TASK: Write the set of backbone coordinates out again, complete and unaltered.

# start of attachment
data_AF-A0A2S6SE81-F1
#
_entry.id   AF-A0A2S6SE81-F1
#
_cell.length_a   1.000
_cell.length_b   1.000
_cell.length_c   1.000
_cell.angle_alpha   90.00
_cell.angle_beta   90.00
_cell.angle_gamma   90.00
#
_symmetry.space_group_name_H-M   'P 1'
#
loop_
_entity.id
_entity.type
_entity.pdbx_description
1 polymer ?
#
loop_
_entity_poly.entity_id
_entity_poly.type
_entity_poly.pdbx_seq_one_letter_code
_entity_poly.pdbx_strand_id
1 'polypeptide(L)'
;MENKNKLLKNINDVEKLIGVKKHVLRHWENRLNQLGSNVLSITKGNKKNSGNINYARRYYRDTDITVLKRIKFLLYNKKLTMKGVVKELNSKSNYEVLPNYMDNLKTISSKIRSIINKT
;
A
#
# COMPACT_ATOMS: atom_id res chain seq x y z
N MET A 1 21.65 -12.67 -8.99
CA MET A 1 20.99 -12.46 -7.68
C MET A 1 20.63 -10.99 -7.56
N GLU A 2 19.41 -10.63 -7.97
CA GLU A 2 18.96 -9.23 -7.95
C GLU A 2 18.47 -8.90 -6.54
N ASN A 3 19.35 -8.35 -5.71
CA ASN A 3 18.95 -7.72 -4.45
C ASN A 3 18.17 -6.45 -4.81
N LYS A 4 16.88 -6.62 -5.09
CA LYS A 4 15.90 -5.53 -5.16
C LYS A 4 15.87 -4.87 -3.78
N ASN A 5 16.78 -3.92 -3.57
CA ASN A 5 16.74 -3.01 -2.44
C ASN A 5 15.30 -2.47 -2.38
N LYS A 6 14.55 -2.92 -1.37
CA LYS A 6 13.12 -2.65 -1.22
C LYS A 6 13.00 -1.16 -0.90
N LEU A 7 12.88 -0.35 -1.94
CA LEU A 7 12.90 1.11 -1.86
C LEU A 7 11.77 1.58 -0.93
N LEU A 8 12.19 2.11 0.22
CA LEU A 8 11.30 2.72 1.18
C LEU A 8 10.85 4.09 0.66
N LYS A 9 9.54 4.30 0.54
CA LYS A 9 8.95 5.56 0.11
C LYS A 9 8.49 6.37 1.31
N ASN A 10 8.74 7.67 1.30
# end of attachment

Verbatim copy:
data_AF-A0A2S6SE81-F1
#
_entry.id   AF-A0A2S6SE81-F1
#
_cell.length_a   1.000
_cell.length_b   1.000
_cell.length_c   1.000
_cell.angle_alpha   90.00
_cell.angle_beta   90.00
_cell.angle_gamma   90.00
#
_symmetry.space_group_name_H-M   'P 1'
#
loop_
_entity.id
_entity.type
_entity.pdbx_description
1 polymer ?
#
loop_
_entity_poly.entity_id
_entity_poly.type
_entity_poly.pdbx_seq_one_letter_code
_entity_poly.pdbx_strand_id
1 'polypeptide(L)'
;MENKNKLLKNINDVEKLIGVKKHVLRHWENRLNQLGSNVLSITKGNKKNSGNINYARRYYRDTDITVLKRIKFLLYNKKLTMKGVVKELNSKSNYEVLPNYMDNLKTISSKIRSIINKT
;
A
#
# COMPACT_ATOMS: atom_id res chain seq x y z
N MET A 1 21.65 -12.67 -8.99
CA MET A 1 20.99 -12.46 -7.68
C MET A 1 20.63 -10.99 -7.56
N GLU A 2 19.41 -10.63 -7.97
CA GLU A 2 18.96 -9.23 -7.95
C GLU A 2 18.47 -8.90 -6.54
N ASN A 3 19.35 -8.35 -5.71
CA ASN A 3 18.95 -7.72 -4.45
C ASN A 3 18.17 -6.45 -4.81
N LYS A 4 16.88 -6.62 -5.09
CA LYS A 4 15.90 -5.53 -5.16
C LYS A 4 15.87 -4.87 -3.78
N ASN A 5 16.78 -3.92 -3.57
CA ASN A 5 16.74 -3.01 -2.44
C ASN A 5 15.30 -2.47 -2.38
N LYS A 6 14.55 -2.92 -1.37
CA LYS A 6 13.12 -2.65 -1.22
C LYS A 6 13.00 -1.16 -0.90
N LEU A 7 12.88 -0.35 -1.94
CA LEU A 7 12.90 1.11 -1.86
C LEU A 7 11.77 1.58 -0.93
N LEU A 8 12.19 2.11 0.22
CA LEU A 8 11.30 2.72 1.18
C LEU A 8 10.85 4.09 0.66
N LYS A 9 9.54 4.30 0.54
CA LYS A 9 8.95 5.56 0.11
C LYS A 9 8.49 6.37 1.31
N ASN A 10 8.74 7.67 1.30